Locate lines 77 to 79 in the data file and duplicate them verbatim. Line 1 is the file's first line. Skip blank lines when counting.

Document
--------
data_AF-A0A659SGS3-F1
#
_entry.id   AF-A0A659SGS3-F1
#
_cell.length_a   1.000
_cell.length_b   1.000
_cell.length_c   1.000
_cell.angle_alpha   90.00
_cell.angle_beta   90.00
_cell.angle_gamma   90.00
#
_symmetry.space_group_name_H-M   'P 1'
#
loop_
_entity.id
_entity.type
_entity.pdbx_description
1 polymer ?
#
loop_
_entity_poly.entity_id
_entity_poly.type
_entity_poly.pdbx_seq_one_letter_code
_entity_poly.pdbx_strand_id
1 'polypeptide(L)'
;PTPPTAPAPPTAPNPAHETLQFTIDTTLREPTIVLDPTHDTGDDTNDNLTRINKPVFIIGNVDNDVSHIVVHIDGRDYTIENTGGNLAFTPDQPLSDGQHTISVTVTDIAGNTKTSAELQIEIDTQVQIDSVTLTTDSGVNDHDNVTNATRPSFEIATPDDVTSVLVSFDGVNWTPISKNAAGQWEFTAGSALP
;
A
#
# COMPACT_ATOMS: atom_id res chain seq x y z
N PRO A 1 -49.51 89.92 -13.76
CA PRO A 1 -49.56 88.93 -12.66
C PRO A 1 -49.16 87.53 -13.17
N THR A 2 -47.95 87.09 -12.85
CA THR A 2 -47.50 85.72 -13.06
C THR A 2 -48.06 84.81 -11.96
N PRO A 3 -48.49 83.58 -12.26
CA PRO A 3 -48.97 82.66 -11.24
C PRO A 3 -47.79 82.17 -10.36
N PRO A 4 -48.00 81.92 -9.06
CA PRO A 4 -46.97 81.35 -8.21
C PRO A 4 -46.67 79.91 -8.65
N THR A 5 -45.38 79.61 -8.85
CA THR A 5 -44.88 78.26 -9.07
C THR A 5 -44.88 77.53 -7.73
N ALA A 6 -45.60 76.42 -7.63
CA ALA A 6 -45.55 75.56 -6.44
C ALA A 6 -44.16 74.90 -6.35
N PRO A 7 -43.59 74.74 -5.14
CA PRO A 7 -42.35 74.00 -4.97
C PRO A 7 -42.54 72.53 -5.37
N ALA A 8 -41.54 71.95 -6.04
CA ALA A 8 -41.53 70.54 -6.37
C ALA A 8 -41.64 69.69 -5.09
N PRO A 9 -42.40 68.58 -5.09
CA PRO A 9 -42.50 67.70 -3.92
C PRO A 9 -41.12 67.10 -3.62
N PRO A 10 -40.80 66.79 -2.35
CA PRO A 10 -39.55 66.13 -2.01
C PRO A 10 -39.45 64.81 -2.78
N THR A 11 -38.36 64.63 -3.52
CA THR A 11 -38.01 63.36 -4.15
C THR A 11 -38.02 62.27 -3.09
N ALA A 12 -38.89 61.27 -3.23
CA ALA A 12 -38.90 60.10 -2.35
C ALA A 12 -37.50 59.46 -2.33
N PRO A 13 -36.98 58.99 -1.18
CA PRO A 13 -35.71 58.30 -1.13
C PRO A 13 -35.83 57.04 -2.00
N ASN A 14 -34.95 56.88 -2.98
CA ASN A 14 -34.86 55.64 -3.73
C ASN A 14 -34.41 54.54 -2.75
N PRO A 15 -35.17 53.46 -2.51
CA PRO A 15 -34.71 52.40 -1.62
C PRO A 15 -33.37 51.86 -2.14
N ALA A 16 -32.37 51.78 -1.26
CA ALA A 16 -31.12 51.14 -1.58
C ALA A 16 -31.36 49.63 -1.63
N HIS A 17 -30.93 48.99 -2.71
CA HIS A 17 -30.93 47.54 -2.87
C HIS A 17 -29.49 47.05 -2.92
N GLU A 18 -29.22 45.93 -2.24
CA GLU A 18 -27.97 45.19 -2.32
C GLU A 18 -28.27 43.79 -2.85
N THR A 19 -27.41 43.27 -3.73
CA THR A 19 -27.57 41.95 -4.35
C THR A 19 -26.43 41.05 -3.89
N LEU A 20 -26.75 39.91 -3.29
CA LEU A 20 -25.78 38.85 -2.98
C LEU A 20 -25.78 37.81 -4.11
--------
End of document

CA ALA A 16 -31.12 51.14 -1.58
C ALA A 16 -31.36 49.63 -1.63
N HIS A 17 -30.93 48.99 -2.71